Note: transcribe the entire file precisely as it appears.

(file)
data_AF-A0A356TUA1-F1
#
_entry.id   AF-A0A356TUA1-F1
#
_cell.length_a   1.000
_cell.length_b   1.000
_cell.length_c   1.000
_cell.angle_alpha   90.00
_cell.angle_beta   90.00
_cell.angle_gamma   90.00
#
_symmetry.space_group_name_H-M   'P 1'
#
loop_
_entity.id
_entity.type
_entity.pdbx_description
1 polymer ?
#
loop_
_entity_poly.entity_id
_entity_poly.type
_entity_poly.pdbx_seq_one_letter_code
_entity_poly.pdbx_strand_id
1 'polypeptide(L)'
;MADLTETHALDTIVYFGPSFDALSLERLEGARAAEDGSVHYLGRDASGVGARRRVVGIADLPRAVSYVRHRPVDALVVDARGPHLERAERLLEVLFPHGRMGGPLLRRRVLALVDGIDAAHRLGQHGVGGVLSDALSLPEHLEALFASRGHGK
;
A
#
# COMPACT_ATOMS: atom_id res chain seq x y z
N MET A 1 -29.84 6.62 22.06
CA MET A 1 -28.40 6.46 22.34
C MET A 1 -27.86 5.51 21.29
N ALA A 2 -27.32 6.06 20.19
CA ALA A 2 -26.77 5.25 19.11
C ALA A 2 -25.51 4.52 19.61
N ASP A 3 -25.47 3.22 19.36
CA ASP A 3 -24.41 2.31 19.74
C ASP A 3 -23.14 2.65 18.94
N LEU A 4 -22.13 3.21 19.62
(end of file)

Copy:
data_AF-A0A356TUA1-F1
#
_entry.id   AF-A0A356TUA1-F1
#
_cell.length_a   1.000
_cell.length_b   1.000
_cell.length_c   1.000
_cell.angle_alpha   90.00
_cell.angle_beta   90.00
_cell.angle_gamma   90.00
#
_symmetry.space_group_name_H-M   'P 1'
#
loop_
_entity.id
_entity.type
_entity.pdbx_description
1 polymer ?
#
loop_
_entity_poly.entity_id
_entity_poly.type
_entity_poly.pdbx_seq_one_letter_code
_entity_poly.pdbx_strand_id
1 'polypeptide(L)'
;MADLTETHALDTIVYFGPSFDALSLERLEGARAAEDGSVHYLGRDASGVGARRRVVGIADLPRAVSYVRHRPVDALVVDARGPHLERAERLLEVLFPHGRMGGPLLRRRVLALVDGIDAAHRLGQHGVGGVLSDALSLPEHLEALFASRGHGK
;
A
#
# COMPACT_ATOMS: atom_id res chain seq x y z
N MET A 1 -29.84 6.62 22.06
CA MET A 1 -28.40 6.46 22.34
C MET A 1 -27.86 5.51 21.29
N ALA A 2 -27.32 6.06 20.19
CA ALA A 2 -26.77 5.25 19.11
C ALA A 2 -25.51 4.52 19.61
N ASP A 3 -25.47 3.22 19.36
CA ASP A 3 -24.41 2.31 19.74
C ASP A 3 -23.14 2.65 18.94
N LEU A 4 -22.13 3.21 19.62